Florin Lipan

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The smallest Docker image to serve static websites

Until recently, I used to think that serving static websites from Docker would be a waste of bandwith and storage. Bundling nginx or various other heavy runtimes inside a Docker image for the sole purpose of serving static files didn’t seem like the best idea - Netlify or Github Pages can handle this much better. But my hobby server was sad and cried digital tears.

A recent HackerNews post about readbean, a single-binary, super tiny, static file server got me thinking. So begins my journey to find the most time/storage efficient Docker image to serve a static website.

After evaluating a few static file servers with similar specs, I settled for thttpd, which comes with a similar small footprint but seems a bit more battle-tested.

Running thttpd goes like this:

thttpd -D -h 0.0.0.0 -p 3000 -d /static-website -u static-user -l - -M 60

This will launch the server in foreground (-D), listening on host 0.0.0.0 (-h) and port 3000 (-p), serving all files inside /static-website (-d) that are accessible to static-user (-u). It will print access logs to STDOUT (-l -) and set the Cache-Control header to 60 seconds (-M). There are a couple of other neat features, like basic auth, throttling and virtual hosts, which you can read about in the documentation.

My first attempt uses the small alpine image, which already packages thttpd:

FROM alpine:3.13.2

# Install thttpd
RUN apk add thttpd

# Create a non-root user to own the files and run our server
RUN adduser -D static
USER static
WORKDIR /home/static

# Copy the static website
# Use the .dockerignore file to control what ends up inside the image!
COPY . .

# Run thttpd
CMD ["thttpd", "-D", "-h", "0.0.0.0", "-p", "3000", "-d", "/home/static", "-u", "static", "-l", "-", "-M", "60"]

You can build and run the image by calling:

docker build -t static:latest .
docker run -it --rm -p 3000:3000 static:latest

…then browse to http://localhost:3000.

The image builds quickly and, at 7.77MB, is fairly small:

> docker images | grep static
static              latest              cb1750e32562        About an hour ago    7.77MB

We can improve further by using Docker scratch, which is basically a no-op image, light as vacuum. The problem with scratch is that you can’t really do much inside: you can’t create new users, there is no package manager or any executable for that matter - aside from the ones you copied over yourself.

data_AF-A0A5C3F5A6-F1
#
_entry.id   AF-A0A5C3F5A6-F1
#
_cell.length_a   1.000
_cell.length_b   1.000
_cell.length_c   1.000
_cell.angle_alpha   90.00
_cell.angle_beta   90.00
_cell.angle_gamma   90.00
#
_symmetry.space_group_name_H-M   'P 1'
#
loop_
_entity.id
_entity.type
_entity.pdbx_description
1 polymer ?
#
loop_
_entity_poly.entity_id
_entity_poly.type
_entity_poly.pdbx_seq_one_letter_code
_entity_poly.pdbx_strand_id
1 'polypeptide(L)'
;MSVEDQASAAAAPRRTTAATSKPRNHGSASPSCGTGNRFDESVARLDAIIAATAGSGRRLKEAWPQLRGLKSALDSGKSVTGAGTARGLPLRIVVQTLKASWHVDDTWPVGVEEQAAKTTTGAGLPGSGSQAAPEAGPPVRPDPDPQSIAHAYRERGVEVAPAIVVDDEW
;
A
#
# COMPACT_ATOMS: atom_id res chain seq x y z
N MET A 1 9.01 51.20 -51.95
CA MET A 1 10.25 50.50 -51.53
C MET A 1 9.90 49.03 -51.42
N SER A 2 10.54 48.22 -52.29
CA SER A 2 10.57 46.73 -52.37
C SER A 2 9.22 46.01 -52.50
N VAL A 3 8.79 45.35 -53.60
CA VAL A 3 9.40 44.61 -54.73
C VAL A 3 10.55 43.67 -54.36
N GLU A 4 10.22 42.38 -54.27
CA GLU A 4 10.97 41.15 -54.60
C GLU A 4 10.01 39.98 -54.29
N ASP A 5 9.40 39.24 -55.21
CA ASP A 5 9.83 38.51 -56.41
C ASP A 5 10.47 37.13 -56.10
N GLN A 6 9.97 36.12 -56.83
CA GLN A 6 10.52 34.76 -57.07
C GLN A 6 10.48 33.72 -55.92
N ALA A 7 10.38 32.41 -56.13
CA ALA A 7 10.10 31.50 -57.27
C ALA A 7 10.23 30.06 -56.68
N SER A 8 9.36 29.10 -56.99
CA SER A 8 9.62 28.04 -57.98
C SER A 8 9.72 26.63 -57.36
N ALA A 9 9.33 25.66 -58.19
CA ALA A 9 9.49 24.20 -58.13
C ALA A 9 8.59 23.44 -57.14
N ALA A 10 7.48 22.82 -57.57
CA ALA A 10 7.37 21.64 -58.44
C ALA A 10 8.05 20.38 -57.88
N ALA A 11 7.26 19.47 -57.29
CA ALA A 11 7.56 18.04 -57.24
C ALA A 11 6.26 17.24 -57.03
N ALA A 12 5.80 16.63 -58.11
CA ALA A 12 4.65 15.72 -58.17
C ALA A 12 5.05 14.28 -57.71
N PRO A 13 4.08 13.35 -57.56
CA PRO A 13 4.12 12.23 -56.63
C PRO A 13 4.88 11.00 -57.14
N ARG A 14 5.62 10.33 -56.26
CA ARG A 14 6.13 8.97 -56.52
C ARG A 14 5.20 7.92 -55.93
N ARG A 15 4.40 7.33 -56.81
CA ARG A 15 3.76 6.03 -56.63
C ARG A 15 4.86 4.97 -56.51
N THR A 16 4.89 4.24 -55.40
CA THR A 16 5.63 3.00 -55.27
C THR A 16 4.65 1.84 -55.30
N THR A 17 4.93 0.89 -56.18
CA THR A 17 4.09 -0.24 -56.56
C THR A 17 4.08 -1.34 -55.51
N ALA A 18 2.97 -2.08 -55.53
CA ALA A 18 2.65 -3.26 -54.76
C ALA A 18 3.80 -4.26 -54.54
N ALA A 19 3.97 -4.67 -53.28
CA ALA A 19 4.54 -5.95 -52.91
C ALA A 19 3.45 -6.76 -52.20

Using the scratch image usually requires a multi-stage approach. We start from alpine, download and compile thttpd as a static binary, create a user, then copy these assets over to scratch and add our static files to the mix:

FROM alpine:3.13.2 AS builder

ARG THTTPD_VERSION=2.29

# Install all dependencies required for compiling thttpd
RUN apk add gcc musl-dev make

# Download thttpd sources
RUN wget http://www.acme.com/software/thttpd/thttpd-${THTTPD_VERSION}.tar.gz \
  && tar xzf thttpd-${THTTPD_VERSION}.tar.gz \
  && mv /thttpd-${THTTPD_VERSION} /thttpd

# Compile thttpd to a static binary which we can copy around
RUN cd /thttpd \
  && ./configure \
  && make CCOPT='-O2 -s -static' thttpd

# Create a non-root user to own the files and run our server
RUN adduser -D static

# Switch to the scratch image
FROM scratch

EXPOSE 3000

# Copy over the user
COPY --from=builder /etc/passwd /etc/passwd

# Copy the thttpd static binary
COPY --from=builder /thttpd/thttpd /

# Use our non-root user
USER static
WORKDIR /home/static

# Copy the static website
# Use the .dockerignore file to control what ends up inside the image!
COPY . .

# Run thttpd
CMD ["/thttpd", "-D", "-h", "0.0.0.0", "-p", "3000", "-d", "/home/static", "-u", "static", "-l", "-", "-M", "60"]

Let’s have another look at those numbers:

> docker images | grep static
static              latest              ab0699ed2690        About a minute ago   186kB

Excellent

The 186KB we’re left with correspond to the size of the thttpd static binary and the static files that were copied over, which in my case was just one file containing the text hello world. Note that the alpine step of the multi-stage build is actually quite large in size (~130MB), but it can be reused across builds and doesn’t get pushed to the registry.

At this point, you can convert the image we built so far into a base image for all your static websites and push it to a registry, so that you can skip the alpine step entirely. Or you can simply use my Docker Hub build:

FROM lipanski/docker-static-website:latest

COPY . .

This produces a single-layer image of 186KB + whatever the size of your static website and nothing else. If you need to configure thttpd in a different way, you can just override the CMD line:

FROM lipanski/docker-static-website:latest

COPY . .

CMD ["/thttpd", "-D", "-h", "0.0.0.0", "-p", "3000", "-d", "/home/static", "-u", "static", "-l", "-", "-M", "60"]

To conclude, Docker can be used efficiently to package and serve static websites.

The code is available at https://github.com/lipanski/docker-static-website.

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